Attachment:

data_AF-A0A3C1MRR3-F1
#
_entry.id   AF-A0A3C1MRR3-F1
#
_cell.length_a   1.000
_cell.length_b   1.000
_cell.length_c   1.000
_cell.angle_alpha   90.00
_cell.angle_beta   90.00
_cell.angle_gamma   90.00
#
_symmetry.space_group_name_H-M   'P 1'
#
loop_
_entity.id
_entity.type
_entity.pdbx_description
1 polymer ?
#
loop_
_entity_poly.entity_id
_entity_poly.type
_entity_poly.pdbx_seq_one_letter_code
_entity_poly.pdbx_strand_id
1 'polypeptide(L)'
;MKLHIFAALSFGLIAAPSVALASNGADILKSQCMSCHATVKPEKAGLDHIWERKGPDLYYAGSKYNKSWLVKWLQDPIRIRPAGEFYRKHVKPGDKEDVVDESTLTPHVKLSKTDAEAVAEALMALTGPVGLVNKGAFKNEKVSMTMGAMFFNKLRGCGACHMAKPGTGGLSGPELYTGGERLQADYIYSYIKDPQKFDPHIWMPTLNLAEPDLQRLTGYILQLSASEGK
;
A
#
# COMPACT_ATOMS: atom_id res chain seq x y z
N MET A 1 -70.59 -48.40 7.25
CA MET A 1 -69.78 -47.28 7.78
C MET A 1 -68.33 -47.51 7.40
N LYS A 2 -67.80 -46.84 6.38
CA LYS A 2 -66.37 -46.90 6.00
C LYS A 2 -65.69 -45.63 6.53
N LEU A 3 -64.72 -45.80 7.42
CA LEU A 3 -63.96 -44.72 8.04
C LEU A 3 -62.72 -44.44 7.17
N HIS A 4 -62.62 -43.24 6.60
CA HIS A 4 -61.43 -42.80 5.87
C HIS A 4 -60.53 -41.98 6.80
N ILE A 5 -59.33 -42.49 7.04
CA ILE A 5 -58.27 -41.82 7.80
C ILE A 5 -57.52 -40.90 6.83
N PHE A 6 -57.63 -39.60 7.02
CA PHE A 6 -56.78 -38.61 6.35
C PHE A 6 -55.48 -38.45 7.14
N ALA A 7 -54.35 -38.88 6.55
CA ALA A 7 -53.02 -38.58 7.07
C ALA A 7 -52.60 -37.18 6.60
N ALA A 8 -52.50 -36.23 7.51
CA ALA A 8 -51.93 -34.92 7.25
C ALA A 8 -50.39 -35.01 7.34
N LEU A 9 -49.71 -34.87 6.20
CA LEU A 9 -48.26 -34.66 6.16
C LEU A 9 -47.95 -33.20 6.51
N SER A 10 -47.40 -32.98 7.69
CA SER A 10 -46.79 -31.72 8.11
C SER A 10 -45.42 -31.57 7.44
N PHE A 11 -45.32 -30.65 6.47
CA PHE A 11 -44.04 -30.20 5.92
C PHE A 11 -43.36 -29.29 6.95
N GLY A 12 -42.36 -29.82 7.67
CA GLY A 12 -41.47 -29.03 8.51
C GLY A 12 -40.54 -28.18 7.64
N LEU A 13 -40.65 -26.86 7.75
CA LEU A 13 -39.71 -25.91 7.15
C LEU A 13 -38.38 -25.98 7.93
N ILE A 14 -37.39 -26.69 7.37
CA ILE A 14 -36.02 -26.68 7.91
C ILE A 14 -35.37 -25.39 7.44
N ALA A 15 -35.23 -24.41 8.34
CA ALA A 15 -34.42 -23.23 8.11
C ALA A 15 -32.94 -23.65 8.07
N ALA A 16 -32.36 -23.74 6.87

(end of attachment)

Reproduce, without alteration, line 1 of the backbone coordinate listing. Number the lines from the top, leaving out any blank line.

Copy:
data_AF-A0A3C1MRR3-F1